13. 13. 2. Abdominal X-ray • Limited role in acute pancreatitis • Poor visualization of the pancreas and retroperitoneum • Most common radiologic signs associated with acute pancreatitis include: – Free air in the abdomen, indicating a perforated viscus – The colon cut-off sign, and sentinel loop sign, both indicating inflammatory process damaging peripancreatic structures
  14. 14. COLON CUT-OFF SIGN •Markedly distended transverse colon with air •Absence of gas distal to splenic flexure
  15. 15. SENTINEL LOOP SIGN Mildly dilated, gas-filled segment of small bowel with or without air fluid level
  16. 16. 3. Contrast-Enhanced CT • Standard imaging of choice – Pros • Aid in diagnosis and staging of pancreatitis • Evaluate complications • Evaluate common bile duct for stones or other obstructions • Assess severity of acute pancreatitis (CT Severity Index) – Cons • limited in patients who are allergic to intravenous (IV) contrast or have renal insufficiency.
  17. 17. CTSI
  18. 18. 3. MRI • Increasingly used in diagnosis and management of acute pancreatitis – Pros • alternative in situations in which CECT is contraindicated • Non‐invasive and no use of IV contrast • Ability to delineate pancreatic and bile ducts (detect choledocholithiasis missed on U/S ) • Greater sensitivity than CT in detecting mild pancreatitis – Cons • Expensive • Less readily available in non‐tertiary medical centers

Editor's Notes

  • Point 3… until it reaches constant ache
    Point 4 … usually lasts more than a day
    Point 6.. ‘fatty dyspepsia’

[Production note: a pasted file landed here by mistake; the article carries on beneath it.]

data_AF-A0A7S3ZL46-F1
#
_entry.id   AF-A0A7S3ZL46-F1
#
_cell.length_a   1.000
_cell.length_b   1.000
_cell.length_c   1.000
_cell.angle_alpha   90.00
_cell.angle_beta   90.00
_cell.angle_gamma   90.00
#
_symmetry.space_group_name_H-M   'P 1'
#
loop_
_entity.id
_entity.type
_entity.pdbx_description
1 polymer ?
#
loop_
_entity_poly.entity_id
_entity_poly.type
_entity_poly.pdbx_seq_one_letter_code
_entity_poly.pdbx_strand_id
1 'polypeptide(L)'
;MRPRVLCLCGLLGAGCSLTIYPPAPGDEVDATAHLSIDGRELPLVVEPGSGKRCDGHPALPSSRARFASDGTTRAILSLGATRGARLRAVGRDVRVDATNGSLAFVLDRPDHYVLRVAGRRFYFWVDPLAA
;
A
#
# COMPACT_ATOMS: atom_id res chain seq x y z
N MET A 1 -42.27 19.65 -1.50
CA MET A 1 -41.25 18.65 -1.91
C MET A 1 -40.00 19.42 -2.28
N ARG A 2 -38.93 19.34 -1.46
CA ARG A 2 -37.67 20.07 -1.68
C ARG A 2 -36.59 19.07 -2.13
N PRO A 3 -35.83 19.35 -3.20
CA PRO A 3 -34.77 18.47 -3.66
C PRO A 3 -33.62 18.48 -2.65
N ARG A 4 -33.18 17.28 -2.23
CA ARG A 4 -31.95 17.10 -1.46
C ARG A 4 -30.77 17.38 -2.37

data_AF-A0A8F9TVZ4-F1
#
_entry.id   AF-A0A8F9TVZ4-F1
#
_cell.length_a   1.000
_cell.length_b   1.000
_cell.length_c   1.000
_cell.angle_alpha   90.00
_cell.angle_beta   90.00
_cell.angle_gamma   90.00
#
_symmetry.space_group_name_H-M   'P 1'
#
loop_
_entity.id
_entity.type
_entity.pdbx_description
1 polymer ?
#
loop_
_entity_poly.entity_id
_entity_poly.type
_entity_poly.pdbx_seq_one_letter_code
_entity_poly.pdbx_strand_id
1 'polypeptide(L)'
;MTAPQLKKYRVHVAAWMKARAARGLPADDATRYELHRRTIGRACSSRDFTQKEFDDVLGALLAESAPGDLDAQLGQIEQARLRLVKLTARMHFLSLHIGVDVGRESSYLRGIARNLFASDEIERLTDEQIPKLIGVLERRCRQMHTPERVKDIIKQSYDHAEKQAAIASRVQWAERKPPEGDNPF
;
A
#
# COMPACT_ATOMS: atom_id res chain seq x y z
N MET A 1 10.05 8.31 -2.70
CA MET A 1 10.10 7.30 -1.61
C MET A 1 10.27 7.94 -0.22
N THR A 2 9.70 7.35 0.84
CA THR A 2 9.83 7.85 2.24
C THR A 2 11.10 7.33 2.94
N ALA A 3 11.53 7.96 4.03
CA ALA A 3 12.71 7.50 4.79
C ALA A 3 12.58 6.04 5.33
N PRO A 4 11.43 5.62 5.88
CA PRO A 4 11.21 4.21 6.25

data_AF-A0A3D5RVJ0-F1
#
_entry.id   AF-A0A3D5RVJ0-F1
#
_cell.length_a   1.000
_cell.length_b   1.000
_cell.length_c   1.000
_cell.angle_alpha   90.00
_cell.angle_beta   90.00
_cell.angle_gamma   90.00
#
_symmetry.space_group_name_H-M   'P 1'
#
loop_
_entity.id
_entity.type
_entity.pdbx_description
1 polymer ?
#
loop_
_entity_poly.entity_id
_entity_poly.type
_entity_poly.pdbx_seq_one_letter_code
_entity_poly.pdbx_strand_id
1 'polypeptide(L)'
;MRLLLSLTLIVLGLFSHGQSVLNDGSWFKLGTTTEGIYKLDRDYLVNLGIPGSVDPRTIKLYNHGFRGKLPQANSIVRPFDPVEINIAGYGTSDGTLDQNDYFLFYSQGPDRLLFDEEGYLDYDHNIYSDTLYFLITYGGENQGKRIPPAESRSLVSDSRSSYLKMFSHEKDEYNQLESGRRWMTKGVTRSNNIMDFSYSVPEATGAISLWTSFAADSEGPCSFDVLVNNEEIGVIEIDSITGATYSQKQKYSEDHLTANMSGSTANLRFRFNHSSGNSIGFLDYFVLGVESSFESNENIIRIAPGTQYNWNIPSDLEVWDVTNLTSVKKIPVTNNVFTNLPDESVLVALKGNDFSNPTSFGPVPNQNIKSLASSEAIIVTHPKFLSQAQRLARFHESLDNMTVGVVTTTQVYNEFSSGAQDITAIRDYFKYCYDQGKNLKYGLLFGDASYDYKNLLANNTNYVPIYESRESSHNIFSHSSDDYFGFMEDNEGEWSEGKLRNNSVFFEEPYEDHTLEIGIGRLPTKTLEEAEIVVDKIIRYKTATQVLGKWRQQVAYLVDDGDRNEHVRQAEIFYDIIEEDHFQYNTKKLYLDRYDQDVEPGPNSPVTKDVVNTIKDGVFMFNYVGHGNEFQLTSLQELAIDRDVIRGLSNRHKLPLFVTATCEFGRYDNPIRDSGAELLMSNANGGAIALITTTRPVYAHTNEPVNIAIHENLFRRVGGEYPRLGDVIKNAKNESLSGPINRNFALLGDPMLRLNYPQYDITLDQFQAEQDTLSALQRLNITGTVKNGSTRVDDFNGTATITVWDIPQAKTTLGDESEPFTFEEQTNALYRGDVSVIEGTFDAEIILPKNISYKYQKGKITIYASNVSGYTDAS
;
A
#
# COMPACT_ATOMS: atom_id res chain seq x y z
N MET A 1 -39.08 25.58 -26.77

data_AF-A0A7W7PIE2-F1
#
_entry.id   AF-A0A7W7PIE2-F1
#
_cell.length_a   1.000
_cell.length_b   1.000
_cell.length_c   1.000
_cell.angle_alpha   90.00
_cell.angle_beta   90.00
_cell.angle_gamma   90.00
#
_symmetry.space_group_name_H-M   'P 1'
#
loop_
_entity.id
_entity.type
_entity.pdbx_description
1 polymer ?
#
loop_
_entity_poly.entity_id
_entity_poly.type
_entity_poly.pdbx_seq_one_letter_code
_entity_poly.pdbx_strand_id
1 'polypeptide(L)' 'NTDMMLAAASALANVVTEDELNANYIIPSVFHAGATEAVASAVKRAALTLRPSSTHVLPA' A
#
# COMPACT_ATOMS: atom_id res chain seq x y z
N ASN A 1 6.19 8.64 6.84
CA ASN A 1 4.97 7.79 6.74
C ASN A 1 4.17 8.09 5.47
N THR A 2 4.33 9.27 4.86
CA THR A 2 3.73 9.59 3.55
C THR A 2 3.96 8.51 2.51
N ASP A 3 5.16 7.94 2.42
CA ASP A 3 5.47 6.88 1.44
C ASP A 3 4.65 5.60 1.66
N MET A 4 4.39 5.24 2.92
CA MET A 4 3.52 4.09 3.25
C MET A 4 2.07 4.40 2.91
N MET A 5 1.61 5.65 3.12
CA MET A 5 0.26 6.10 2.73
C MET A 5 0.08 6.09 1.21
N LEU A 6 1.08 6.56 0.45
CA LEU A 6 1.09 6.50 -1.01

All of these obtain from complaint & its analysis
  • In severe acute pancreatitis, often the patient is pale, diaphoretic and listless
    Tachypnea occur in ARDS

  • These findings are associated with severe necrotizing pancreatitis
  • Routine ix
  • Ix for the organs affected.. Serum amylase, lipase, n so on
  • CT severity index (CTSI) based on findings from a CT scan with intravenous contrast to assess the degree of pancreatic inflammation, necrosis and complications in patients with acute pancreatitis. The severity of computed tomography findings correlated with clinical prognosis. CTSI includes grading of pancreatitis (A-E) and the extent of pancreatic necrosis. The CTSI was added to the traditional balthazar score in the 1990 by the same author.

    The CTSI is determined on the basis of the sum of the scores obtained in balthazar score and those obtained in the evaluation of glandular necrosis percent.  
    0-3: AP mild
    4-6: AP moderate
    7-10: AP severe

    Grading of pancreatitis
    A: normal pancreas: 0
    B: enlargement of pancreas: 1
    C: inflammatory changes in pancreas and peripancreatic fat: 2
    D: ill defined single fluid collection: 3
    E: two or more poorly defined fluid collections: 4
    Pancreatic necrosis 
    none: 0
    less than/equal to 30%: 2
    >30-50%: 4
    >50%: 6
    The maximum score that can be obtained is 10.
  • Rise within hours of pancreatic injury. A threshold 2-4 times the upper limit of normal